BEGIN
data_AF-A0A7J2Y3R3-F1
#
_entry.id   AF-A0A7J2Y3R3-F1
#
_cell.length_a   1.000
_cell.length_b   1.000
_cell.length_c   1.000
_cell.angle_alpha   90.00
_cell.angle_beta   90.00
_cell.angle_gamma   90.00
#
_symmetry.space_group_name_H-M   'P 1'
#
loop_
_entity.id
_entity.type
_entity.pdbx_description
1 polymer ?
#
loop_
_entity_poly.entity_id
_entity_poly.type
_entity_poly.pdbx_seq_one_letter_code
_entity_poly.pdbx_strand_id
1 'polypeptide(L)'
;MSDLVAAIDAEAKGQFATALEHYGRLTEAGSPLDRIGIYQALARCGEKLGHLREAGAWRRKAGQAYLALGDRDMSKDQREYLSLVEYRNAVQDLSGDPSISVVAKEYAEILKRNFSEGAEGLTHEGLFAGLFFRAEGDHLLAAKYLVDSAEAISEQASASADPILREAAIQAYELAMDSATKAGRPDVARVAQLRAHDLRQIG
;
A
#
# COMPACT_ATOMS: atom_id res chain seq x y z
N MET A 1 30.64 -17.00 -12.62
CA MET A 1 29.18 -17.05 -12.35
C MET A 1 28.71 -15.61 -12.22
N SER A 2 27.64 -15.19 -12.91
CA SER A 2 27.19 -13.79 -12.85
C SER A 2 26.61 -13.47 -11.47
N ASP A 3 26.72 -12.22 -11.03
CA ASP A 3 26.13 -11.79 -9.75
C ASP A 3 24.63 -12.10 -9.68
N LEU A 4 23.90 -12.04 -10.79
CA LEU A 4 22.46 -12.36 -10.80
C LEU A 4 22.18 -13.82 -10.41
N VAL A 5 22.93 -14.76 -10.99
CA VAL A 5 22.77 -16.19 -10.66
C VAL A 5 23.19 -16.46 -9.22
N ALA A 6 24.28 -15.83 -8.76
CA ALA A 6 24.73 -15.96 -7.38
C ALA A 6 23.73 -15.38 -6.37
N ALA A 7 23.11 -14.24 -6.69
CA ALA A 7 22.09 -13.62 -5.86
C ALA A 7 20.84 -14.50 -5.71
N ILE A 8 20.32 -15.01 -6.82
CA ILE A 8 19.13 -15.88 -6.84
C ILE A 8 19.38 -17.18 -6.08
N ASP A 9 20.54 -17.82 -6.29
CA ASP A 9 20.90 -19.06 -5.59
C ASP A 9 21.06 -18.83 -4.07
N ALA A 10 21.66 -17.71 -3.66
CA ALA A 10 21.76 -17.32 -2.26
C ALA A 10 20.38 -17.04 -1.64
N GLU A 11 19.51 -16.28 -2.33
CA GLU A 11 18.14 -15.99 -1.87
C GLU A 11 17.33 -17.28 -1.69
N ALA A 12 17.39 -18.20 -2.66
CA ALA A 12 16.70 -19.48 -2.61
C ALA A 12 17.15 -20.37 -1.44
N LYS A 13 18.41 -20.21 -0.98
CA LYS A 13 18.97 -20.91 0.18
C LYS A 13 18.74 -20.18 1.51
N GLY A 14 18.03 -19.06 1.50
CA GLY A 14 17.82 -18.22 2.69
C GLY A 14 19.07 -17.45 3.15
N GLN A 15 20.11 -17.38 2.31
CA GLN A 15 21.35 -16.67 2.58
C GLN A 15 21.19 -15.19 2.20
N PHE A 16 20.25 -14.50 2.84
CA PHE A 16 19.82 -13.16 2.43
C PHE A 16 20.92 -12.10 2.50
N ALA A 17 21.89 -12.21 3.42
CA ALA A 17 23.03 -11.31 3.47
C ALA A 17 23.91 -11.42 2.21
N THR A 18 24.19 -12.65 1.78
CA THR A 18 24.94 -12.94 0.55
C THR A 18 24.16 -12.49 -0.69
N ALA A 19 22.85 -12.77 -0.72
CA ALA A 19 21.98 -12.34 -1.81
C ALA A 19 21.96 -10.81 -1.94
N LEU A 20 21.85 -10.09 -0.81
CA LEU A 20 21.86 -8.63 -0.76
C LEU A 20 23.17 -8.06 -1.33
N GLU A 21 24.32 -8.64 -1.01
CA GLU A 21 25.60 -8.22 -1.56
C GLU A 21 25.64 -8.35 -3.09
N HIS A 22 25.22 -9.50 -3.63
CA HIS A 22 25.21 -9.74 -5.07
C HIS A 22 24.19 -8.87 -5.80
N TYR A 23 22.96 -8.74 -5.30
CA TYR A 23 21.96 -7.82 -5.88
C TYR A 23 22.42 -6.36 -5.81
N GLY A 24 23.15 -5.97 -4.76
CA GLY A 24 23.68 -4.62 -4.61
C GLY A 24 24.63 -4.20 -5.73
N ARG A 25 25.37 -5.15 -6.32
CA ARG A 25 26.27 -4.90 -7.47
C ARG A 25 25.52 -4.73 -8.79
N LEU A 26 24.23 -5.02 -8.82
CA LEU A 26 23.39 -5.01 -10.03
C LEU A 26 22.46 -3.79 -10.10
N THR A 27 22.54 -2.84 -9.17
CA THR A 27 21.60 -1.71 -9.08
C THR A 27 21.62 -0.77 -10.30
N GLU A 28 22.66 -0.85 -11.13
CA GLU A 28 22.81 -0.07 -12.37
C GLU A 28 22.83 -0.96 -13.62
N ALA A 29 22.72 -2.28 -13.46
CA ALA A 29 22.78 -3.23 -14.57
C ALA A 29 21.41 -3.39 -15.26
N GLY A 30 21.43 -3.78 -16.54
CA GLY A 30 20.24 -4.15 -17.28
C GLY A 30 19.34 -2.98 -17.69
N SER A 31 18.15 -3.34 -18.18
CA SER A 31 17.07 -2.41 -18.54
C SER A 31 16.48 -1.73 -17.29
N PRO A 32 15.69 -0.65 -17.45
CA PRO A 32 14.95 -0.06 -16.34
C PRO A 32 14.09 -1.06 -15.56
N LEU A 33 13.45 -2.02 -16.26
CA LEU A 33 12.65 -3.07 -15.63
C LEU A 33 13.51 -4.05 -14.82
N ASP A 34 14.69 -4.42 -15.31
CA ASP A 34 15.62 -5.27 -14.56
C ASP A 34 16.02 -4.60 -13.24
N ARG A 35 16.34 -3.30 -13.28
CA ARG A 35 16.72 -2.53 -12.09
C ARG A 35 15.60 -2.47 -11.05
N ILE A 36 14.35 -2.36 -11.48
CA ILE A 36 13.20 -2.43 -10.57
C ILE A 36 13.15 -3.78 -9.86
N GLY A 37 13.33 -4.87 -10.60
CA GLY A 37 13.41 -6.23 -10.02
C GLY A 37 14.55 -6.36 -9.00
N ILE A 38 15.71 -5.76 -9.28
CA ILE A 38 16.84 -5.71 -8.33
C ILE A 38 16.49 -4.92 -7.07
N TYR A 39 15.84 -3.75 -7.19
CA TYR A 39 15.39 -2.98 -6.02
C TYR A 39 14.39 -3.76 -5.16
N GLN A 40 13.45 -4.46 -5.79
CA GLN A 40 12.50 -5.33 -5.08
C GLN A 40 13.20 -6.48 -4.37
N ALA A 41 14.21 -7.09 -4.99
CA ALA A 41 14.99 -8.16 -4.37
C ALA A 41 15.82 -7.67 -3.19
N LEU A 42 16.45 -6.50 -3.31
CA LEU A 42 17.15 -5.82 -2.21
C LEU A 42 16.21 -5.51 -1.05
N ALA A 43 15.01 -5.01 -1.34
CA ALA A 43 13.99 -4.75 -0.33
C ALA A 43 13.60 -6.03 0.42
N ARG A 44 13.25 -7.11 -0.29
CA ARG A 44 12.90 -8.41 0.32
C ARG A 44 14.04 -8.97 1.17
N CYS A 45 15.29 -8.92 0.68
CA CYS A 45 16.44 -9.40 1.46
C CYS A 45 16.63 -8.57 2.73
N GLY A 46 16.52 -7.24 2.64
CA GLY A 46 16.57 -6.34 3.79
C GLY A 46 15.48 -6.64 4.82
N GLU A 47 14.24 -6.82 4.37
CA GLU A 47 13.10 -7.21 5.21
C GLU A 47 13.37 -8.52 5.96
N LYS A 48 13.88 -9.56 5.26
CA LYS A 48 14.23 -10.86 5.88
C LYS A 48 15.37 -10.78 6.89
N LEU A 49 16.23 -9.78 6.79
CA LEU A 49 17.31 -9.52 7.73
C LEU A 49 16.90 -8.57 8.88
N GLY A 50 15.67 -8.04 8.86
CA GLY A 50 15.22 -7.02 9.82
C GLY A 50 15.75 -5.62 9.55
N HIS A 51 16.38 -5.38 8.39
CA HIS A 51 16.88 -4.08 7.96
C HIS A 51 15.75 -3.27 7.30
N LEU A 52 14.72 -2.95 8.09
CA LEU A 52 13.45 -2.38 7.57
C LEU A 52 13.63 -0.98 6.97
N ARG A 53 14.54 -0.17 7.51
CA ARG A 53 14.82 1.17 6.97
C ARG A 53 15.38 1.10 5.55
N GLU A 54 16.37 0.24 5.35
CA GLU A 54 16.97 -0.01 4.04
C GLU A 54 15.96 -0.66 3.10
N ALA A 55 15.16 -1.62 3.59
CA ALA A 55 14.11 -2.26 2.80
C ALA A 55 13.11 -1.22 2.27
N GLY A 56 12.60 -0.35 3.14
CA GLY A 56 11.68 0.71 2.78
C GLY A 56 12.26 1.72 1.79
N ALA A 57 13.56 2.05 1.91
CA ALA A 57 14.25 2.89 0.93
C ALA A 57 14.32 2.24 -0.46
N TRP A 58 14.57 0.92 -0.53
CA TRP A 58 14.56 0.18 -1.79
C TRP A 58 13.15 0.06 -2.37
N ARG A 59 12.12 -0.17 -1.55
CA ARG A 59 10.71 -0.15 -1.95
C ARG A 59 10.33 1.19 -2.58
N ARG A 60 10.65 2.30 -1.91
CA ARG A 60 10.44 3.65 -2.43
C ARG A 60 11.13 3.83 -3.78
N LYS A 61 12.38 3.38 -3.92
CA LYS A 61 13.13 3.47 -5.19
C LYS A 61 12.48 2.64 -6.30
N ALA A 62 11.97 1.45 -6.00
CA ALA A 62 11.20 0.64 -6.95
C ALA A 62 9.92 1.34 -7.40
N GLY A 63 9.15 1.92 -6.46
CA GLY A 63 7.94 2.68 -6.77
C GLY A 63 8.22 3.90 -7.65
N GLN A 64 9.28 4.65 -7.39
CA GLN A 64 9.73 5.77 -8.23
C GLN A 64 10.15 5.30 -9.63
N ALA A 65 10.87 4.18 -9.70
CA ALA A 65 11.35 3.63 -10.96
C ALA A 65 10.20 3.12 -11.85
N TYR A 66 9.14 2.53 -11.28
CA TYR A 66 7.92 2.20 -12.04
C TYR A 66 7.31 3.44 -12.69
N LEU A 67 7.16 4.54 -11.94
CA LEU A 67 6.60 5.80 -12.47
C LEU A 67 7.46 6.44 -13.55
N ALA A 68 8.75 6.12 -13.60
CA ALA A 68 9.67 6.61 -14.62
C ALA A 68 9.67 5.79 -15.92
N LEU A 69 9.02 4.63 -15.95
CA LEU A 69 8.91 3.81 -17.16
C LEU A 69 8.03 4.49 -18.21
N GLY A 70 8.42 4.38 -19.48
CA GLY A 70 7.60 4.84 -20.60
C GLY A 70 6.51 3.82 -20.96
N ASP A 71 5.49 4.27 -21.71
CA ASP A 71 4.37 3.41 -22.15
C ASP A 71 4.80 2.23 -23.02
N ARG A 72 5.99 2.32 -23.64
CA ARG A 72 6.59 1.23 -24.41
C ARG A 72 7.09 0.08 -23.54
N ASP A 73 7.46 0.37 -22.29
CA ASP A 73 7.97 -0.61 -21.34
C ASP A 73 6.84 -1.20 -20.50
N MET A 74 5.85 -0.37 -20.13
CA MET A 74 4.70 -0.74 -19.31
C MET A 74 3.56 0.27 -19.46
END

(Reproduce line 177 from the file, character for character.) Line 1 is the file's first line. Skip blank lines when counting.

C LEU A 49 16.90 -8.57 8.88